Page:A tour through the northern counties of England, and the borders of Scotland - Volume I.djvu/187

From Wikisource
Jump to navigation Jump to search
This page has been proofread, but needs to be validated.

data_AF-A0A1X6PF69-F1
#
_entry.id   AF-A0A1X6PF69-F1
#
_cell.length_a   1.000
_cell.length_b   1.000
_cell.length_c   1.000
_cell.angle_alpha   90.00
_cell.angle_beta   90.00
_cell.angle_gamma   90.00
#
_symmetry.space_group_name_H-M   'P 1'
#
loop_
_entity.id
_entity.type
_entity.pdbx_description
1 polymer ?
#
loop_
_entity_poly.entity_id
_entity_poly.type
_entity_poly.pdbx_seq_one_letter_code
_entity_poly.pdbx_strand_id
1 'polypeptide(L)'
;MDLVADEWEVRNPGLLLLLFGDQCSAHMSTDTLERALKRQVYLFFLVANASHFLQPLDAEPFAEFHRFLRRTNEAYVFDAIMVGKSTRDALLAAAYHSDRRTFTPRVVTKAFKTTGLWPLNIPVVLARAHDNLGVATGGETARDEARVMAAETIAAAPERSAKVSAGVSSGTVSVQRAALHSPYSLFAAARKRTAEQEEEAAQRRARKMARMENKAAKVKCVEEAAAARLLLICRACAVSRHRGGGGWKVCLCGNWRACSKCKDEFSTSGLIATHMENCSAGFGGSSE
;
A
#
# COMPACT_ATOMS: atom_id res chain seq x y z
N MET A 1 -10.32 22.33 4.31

hereabouts. I before mentioned the sudden disappearance of the limestone to the northward, occasioned by its rapid dip, which introduces in its room gritstone, and shale, or shiver. Of these substances the latter is nearly of a black colour, varying in quality and texture; of extreme hardness in its stratum, but soon shivering when exposed to the atmosphere; sometimes impregnated with vitriol and iron; sometimes saturated with carbonic acid; and sometimes containing petroleum. The limestone mountain, called Tre-Mountain, to the south of the shiver, is full of marine exuviæ; enchrini,entrochi, screws, high-waved cockles, &c. as well as quartz crystal, and elastic bitumen attached to the limestone. It contains also that singular calcareous substance, peculiar to this spot, called Blue-John, found in detached masses of irregular forms and different sizes, from that of an apple to nearly a ton in weight; and worked by the manufacturers at Castleton, Buxton, Derby, and other places, into beautiful pillars, vases, and other ornamental forms. The miners say, Nature intended it for lead, but that accident has made it what it is. The scarcity of it, at present (for it appears to be nearly exhausted) has raised its price on the spot to 20l. per ton. You are not to imagine, however, that all the elegant articles sold in the shop for Blue John are worked